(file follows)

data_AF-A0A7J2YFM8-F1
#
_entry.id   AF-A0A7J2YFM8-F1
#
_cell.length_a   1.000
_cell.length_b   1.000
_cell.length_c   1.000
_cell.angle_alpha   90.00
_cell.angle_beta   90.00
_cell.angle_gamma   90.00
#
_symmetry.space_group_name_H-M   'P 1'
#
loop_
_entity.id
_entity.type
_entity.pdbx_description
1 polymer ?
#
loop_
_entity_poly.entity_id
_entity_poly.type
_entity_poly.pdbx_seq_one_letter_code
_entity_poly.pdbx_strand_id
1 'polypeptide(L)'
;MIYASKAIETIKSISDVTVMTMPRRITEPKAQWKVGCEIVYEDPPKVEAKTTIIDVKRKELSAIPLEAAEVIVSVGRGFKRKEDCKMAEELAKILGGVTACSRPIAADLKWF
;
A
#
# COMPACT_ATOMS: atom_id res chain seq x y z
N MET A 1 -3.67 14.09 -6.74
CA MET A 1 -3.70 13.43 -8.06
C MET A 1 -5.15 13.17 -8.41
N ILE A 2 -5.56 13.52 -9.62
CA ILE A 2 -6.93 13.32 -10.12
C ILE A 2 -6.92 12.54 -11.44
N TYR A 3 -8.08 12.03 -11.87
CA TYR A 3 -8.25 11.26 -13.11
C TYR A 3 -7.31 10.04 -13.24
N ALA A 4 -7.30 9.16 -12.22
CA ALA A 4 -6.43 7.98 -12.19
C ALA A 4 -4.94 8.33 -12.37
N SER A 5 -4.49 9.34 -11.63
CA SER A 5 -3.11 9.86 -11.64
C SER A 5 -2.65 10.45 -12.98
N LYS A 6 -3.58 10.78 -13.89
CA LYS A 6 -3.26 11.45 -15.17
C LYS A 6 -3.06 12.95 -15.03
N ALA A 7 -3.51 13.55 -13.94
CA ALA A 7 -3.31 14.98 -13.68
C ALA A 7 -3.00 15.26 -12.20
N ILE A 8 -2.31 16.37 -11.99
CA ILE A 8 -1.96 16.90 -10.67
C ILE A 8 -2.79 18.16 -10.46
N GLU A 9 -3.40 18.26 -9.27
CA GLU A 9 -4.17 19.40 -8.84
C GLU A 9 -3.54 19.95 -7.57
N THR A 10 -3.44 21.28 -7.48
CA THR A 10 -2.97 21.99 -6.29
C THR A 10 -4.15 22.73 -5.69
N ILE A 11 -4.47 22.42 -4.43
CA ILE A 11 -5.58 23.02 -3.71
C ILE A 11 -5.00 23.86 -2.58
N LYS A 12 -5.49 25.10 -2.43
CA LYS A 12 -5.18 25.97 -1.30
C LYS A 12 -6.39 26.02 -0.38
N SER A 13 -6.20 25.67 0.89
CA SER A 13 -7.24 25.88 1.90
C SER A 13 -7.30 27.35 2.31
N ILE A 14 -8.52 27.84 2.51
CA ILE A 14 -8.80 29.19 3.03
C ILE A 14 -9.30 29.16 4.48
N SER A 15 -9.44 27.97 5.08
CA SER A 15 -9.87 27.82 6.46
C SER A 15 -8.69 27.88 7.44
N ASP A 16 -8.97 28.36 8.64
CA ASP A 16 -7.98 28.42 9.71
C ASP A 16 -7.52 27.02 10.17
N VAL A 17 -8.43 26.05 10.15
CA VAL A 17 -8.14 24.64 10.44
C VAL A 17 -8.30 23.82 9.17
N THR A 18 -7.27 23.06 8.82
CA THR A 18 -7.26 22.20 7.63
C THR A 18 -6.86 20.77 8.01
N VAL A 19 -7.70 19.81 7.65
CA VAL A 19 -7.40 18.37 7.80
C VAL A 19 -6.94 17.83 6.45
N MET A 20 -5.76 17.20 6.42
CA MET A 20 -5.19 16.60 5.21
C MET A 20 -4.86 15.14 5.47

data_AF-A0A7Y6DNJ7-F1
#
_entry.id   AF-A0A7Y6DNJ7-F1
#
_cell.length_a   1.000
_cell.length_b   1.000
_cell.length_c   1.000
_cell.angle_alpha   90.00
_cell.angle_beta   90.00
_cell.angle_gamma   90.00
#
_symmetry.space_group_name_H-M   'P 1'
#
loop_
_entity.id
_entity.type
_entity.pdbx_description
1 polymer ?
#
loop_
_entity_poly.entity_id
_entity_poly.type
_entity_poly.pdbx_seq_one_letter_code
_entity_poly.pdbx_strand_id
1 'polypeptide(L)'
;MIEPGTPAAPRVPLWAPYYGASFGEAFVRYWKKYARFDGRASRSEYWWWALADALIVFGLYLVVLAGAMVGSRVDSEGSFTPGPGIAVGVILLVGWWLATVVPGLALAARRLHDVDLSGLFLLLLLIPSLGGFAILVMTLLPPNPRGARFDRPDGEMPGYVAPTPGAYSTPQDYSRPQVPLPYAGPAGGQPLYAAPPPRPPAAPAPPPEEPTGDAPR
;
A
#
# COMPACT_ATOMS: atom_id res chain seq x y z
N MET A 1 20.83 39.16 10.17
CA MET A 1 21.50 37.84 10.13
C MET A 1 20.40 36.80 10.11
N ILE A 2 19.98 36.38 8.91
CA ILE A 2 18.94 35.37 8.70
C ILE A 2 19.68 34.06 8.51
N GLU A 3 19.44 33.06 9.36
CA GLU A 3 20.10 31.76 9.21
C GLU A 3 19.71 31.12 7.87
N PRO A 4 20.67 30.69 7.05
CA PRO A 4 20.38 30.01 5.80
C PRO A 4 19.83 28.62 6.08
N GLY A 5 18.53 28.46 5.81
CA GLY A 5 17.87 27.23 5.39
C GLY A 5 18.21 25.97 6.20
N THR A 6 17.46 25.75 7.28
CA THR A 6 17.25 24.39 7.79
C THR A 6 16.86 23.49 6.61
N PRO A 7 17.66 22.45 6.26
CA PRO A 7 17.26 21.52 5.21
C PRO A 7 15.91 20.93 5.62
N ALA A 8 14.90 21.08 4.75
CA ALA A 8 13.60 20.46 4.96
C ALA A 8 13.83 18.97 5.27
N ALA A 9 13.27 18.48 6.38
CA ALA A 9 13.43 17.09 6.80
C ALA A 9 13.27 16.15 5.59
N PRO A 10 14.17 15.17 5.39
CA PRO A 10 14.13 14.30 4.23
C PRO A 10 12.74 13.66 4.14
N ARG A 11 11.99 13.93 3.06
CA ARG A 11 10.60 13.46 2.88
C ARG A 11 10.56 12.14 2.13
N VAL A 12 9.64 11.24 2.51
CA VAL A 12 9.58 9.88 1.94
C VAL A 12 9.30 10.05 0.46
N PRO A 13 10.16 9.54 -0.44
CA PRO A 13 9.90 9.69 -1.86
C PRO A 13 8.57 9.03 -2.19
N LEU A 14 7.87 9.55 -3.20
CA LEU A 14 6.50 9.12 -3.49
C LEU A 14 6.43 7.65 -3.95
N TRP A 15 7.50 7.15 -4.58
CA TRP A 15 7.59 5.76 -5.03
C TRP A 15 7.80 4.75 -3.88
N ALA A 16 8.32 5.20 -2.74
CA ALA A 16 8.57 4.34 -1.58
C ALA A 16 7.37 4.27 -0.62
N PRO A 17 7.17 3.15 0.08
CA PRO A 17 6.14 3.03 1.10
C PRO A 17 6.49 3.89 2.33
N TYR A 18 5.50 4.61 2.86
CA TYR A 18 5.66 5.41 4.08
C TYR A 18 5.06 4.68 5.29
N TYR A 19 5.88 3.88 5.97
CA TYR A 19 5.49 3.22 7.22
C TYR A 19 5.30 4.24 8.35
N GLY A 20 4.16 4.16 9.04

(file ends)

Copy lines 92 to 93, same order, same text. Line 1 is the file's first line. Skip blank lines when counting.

#
_entry.id   AF-A0A7Y6DNJ7-F1